Drastic curb on lorries and cars is LT's panacea for better bus services
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'Uncontrolled flow' of heavy vehicles and coaches needs urgent action, says Executive's 1969 report
• Strong new measures to curb commercial vehicles and cars in London in the interest of speeding up bus services are urged by the London Transport Executive in its annual report to Parliament, published yesterday.
The uncontrolled flow of heavy commercial vehicles through central London and busy suburban centres and the circulation of tourist coaches in central London during the summer "has reached the point where decisive and effective action by the traffic authorities is becoming Urgent", it says.
The Executive is convinced that the only solution enabling the best use to be made of London's roads is to limit the volume of private car traffic by control of parking, both on and off the streets, or by other means as envisaged in the Greater London Development Plan.
Other measures suggested include: El An extension of urban clearways in the outer areas.
El More traffic wardens to clear unauthorized parking on congested bus routes.
0 Further extension of "bus only" lanes. LI Action to deal effectively with the obstruction of bus stops by parked and loading vehicles.
O Implementation of major traffic management schemes, delayed for financial reasons, with priority for those to benefit buses.
"Britain still lags badly behind Continental and North American countries in the introduction of legislation to protect bus stops from indiscriminate parking," the report says. "Central London is behind some suburban areas and some provincial cities in efforts to keep bus stops clear by marking them out."
The report reviews the seven years' existence of the London Transport Board which the Executive has taken over, with control passing from the Minister of Transport to the Greater London Council.
Further progress was made in 1969 with the reshaping of bus services. This provided for the extension of one-man operation enabling better wages to be paid to attract scarce labour, and the shortening of routes to eliminate the cumulative effect of traffic delays on long routes.
But one-man operation posed considerable problems. The operator had to collect fares fast enough to avoid delaying the services. A simple fares system was the answer to this problem but there was no optimum solution because routes varied in length and in the kind of traffic they carried, and the choice of fares system would have a large effect on receipts. So it was likely that there would, in future, be a variety of services matched so far as possible to local needs and with different types of fares systems.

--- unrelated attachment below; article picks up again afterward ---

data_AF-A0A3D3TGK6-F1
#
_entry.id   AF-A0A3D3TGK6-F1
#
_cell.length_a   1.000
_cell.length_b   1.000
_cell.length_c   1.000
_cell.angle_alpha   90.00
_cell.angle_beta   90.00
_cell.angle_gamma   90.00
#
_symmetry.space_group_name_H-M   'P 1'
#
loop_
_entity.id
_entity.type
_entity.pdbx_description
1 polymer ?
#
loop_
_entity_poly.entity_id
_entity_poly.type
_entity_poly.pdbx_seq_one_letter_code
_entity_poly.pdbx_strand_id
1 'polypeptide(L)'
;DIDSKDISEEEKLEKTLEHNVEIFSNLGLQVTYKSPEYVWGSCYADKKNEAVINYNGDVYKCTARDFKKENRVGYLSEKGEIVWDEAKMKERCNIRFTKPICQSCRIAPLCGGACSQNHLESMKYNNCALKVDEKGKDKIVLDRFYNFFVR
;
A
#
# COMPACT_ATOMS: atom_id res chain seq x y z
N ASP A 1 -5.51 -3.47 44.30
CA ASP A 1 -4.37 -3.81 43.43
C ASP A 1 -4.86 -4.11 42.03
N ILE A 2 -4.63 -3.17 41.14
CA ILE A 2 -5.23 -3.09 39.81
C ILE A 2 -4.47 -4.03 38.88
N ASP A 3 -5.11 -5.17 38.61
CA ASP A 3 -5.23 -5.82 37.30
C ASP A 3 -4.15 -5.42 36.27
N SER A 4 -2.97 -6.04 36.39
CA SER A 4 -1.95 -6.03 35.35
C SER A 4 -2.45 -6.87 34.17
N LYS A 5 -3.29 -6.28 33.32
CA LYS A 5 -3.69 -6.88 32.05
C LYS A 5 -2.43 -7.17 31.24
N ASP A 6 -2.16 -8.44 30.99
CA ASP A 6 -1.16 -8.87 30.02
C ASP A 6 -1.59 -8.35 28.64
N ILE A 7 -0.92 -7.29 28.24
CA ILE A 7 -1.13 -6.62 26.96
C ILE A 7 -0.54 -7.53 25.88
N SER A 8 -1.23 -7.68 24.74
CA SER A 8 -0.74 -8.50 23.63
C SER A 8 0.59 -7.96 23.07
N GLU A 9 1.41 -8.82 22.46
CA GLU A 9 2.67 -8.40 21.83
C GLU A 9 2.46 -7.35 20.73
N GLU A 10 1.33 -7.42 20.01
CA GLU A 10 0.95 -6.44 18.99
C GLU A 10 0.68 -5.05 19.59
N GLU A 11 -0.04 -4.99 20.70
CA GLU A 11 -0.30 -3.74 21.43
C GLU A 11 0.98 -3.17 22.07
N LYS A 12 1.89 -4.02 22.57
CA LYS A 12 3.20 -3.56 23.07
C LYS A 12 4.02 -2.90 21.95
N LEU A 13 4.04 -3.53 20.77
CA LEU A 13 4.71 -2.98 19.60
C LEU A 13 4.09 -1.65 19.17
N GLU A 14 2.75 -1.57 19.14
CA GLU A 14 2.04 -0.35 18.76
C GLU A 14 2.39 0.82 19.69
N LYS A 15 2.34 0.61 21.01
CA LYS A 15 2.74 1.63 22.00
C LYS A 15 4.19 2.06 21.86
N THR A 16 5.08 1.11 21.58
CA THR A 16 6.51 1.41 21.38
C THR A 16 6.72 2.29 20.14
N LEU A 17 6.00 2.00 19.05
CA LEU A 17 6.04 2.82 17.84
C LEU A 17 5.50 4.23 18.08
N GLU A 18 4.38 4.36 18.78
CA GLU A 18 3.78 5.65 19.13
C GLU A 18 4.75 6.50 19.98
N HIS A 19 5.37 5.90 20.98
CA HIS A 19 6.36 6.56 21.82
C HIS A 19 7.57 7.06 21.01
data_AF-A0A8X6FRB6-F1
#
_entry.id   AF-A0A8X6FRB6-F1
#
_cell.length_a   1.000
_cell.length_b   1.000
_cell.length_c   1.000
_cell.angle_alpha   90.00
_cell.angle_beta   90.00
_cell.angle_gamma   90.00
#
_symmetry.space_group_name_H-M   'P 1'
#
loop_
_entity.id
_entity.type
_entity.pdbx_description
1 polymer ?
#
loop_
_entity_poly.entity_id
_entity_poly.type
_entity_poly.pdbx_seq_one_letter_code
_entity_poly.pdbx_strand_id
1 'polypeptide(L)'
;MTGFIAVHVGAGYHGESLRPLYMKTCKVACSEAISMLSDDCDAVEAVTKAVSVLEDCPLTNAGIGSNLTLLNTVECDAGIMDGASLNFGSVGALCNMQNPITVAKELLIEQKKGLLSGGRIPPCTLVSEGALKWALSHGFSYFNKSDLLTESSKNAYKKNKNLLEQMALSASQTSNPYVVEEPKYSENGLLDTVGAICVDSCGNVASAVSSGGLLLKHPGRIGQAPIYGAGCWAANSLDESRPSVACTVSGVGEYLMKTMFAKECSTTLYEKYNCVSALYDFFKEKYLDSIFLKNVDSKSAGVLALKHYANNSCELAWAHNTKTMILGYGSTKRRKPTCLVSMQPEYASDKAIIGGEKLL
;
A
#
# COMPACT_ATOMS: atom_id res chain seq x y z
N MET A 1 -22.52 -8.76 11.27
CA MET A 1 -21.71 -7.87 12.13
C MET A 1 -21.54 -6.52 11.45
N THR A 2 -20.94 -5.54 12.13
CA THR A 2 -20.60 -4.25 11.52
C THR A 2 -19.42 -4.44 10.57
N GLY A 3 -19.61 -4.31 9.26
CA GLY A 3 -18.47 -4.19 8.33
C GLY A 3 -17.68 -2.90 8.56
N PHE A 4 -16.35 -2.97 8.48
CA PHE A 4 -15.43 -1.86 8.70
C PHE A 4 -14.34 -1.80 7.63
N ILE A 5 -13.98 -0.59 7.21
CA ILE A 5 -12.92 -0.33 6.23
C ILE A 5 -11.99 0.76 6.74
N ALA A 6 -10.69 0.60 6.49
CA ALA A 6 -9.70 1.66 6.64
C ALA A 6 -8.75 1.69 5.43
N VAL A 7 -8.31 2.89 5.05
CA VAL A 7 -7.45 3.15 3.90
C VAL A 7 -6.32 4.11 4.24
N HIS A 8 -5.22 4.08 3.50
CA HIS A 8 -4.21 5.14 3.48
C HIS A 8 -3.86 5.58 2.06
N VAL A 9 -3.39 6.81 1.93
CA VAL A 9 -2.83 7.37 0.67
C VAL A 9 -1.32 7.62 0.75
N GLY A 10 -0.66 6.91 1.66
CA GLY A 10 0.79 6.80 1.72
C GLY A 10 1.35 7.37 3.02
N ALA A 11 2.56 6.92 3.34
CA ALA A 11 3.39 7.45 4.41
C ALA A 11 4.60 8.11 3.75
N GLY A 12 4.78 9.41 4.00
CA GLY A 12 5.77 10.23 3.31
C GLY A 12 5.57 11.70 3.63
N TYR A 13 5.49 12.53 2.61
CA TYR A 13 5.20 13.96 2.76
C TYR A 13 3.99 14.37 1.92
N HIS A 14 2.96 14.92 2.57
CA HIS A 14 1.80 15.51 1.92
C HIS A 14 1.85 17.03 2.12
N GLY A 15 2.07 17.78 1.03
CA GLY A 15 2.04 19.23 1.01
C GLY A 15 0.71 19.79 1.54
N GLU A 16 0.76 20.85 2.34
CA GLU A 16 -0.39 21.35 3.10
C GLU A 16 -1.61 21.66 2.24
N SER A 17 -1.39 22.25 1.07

Market research "Independent market research has confirmed that bus passengers rate the reliability of the service above all other features, including fares and comfort", says the report.
There was a "threatening and unpleasant" spiralling effect in the staff situation which especially affected the bus services. The shortage of staff made it inevitable that some buses had to be cancelled, giving passengers a longer wait. Thus, a state of antagonism could be created between passengers and staff which caused the latter to seek other jobs which increased the staff shortage, led to more cancellations, more passenger annoyance and more friction, and caused a further loss of passengers because of the unreliability of the services.
Special studies in relation to these staff problems, started at the end of last year, were being carried forward by the Executive with urrion participation.
In 1969 the red buses were unable to operate nearly 22m miles because of staff shortage, representing 9.5 per cent of the total scheduled fleet mileage.
This was 80 per cent higher than the 1968 figure and above the previous highest level—in 1966. But the 2.3m miles lost through traffic congestion (1 per gent of scheduled mileage) was the lowest percentage since 1962. Some of the improvement was attributed to improved traffic conditions, but the very large number of scheduled journeys which could not be operated because of staff shortage reduced the number of buses liable to be delayed by traffic congestion.
Figures of a 1969 census covering the principal roads into central London during the "three critical hours"-07.00 to 10.00—showed that, as compared with 1959, there were 15,000 more cars entering the central area and about 1200 fewer buses. The net result was that the principal roads covered by • the census now accommodated nearly 70,000 fewer travellers, a reduction of 21 per cent. Four thousand London Transport buses and coaches in the 1969 census carried 156,700 passengers, against the 99,500 passengers carried by 71,300 cars.
The number of passengers carried on all services in 1969 (2,463m) was 5.3 per cent less than in 1968 as against an average annual decrease between 1959 and 1969 of 2.8 per cent. Compared with 1968, the 1969 results showed an 8.2 per cent reduction in • bus and coach passengers.
A comparison of the variations in passengers carried and passenger miles paid for on red buses indicated a relatively large fall in short-distance journeys which were especially vulnerable when the bus services became irregular. Many short-distance travellers may have walked instead of waiting; 75 per cent of passengers travelled less than two miles.
There was a working surplus on the Board's operation of £700,000 before payment of interest. Traffic receipts totalled £111.9m, an increase of £6.8m' on 1968. Buses and coaches accounted for £66.4m (£1.1m up on 1968) but the road services results were depressed by the loss of passengers because the scheduled services could not be fully operated through lack of staff.
Working expenses on transport activities rose by £3.8m to £114.3m. Of the total working expenses 76.5 per cent represented staff costs, mainly salaries and wages.